Shaq's Block Party No Fun For 76ers


Todd MacCulloch, a 7-foot reserve center, creaked out of the 76er locker room and made his way to the team bus.

Next stop, a king-sized Shaquille O'Neal hangover.

"I definitely feel him the morning after," said MacCulloch, who played 16 minutes in the 98-89 Laker victory.

"I still felt him from the first game, and I only played two or three minutes. It's a good thing I don't play a whole season against him. I don't think my body would be able to take it."

If there was a player who could have slowed O'Neal on Friday, he wasn't on Philadelphia's roster. He approached a quadruple double with 28 points, 20 rebounds, nine assists and a finals-record eight blocks.

Only four times in the NBA Finals have players recorded quadruple doubles, the last by David Robinson in 1994.

O'Neal's performance was a defensive tour de force, just what the Lakers needed in a game that was more critical than some of them wanted to admit.

"I think it was a must-win," O'Neal said. "Now, we just need to go to their place and get one or two games. I think we can do that. We play well on the road. If we do what we're supposed to do, then we'll be fine."

The 76ers have the unenviable task of trying to figure out what to do about their massive headache in the middle, the one wearing the No. 34 jersey.

"As great as Kobe [Bryant] is, when you have a player in the middle that everyone has to pay attention to, it opens things up for everybody," Philadelphia Coach Larry Brown said.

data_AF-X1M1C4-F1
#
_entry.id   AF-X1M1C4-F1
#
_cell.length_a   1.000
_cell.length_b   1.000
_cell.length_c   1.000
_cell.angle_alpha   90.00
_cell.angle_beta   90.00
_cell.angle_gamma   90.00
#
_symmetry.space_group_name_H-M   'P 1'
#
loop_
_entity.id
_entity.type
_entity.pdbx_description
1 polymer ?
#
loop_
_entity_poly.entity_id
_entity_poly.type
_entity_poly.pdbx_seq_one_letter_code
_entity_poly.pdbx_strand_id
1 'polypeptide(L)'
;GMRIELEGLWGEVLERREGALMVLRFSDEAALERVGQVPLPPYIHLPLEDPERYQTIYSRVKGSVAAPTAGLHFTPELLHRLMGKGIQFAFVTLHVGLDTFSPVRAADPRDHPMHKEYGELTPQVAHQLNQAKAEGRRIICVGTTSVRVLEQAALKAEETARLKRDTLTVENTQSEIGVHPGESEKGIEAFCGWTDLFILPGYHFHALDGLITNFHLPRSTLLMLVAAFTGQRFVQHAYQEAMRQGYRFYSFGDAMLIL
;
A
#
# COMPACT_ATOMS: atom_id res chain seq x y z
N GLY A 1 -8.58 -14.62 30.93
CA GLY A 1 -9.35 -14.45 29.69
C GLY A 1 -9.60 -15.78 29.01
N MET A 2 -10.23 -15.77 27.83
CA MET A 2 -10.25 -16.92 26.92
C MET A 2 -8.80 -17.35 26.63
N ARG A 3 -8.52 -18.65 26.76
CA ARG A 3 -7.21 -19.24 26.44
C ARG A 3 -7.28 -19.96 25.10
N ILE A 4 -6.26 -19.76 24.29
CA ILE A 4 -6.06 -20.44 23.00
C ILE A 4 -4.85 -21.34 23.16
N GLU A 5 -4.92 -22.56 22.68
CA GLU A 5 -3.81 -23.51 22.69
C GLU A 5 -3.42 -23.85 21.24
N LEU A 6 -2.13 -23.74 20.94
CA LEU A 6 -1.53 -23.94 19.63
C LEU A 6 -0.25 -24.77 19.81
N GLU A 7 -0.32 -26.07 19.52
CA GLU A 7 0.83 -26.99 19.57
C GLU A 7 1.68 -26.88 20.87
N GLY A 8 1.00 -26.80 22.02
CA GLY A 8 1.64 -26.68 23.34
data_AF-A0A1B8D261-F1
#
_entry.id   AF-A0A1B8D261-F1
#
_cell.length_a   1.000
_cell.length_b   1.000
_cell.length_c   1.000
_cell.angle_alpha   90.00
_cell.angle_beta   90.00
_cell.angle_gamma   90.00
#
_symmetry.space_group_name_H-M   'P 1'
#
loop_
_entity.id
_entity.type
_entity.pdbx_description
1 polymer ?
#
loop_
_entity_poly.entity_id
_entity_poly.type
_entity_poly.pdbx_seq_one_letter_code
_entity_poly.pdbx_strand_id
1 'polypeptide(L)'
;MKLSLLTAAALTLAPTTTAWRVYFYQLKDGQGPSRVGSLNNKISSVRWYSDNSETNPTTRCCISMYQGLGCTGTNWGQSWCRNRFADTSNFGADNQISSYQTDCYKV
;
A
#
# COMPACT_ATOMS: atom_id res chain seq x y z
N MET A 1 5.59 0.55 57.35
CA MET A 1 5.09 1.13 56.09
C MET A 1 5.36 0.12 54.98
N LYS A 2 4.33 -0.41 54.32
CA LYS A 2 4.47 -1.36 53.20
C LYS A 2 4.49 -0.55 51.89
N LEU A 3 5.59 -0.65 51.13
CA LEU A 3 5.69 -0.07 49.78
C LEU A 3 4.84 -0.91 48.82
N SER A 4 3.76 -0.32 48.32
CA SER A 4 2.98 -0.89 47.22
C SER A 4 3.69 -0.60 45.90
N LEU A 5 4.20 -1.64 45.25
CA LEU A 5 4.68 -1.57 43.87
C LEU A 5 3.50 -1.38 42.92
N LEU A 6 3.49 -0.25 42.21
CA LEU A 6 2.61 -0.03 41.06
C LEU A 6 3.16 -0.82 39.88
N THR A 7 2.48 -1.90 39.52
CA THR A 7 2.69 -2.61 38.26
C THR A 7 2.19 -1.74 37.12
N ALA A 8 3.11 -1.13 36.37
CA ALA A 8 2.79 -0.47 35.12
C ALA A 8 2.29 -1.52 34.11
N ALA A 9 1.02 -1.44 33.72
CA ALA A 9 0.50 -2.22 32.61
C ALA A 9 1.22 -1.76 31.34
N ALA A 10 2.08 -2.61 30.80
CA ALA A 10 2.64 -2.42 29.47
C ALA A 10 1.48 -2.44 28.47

The way Brown saw it, the biggest play of the game was an act of generosity by O'Neal. With 2:09 to play and the Lakers clinging to an 89-86 lead, the big man took a pass in the low post, was sandwiched by a double team, then kicked the ball out to Derek Fisher for a 25-foot bomb. Swish, and the lead doubled to six.

"If I was smart," Brown said, "maybe I would have told our guys to foul when he got it. But I don't believe in that, you know."

Laker Coach Phil Jackson said O'Neal was just doing what he did all night--find an open teammate, usually one cutting through a lane.

"We knew if they were going to play that kind of pressure up against the bodies, trying to body the ball, body the passer, we're going to have cutters available," Jackson said.

O'Neal's foul shooting was typically poor (4 for 10), but his effort on both ends of the court made the difference. His eight blocks matched the single-game mark set by Bill Walton (1977), Hakeem Olajuwon (1986) and Patrick Ewing (1994).

"Not only did he block the ball, but a lot of times they kept it inbounds and that led to their fastbreak," MacCulloch said. "So instead of knocking it out of bounds and having us get the ball back, he was able to somehow keep the ball inbounds. That's a much better defensive play than swatting it into the third row, which he has the ability to do."

Bryant called O'Neal "the anchor of our defense."

More like the anchor that crashed right through the deck of the good ship Philadelphia.

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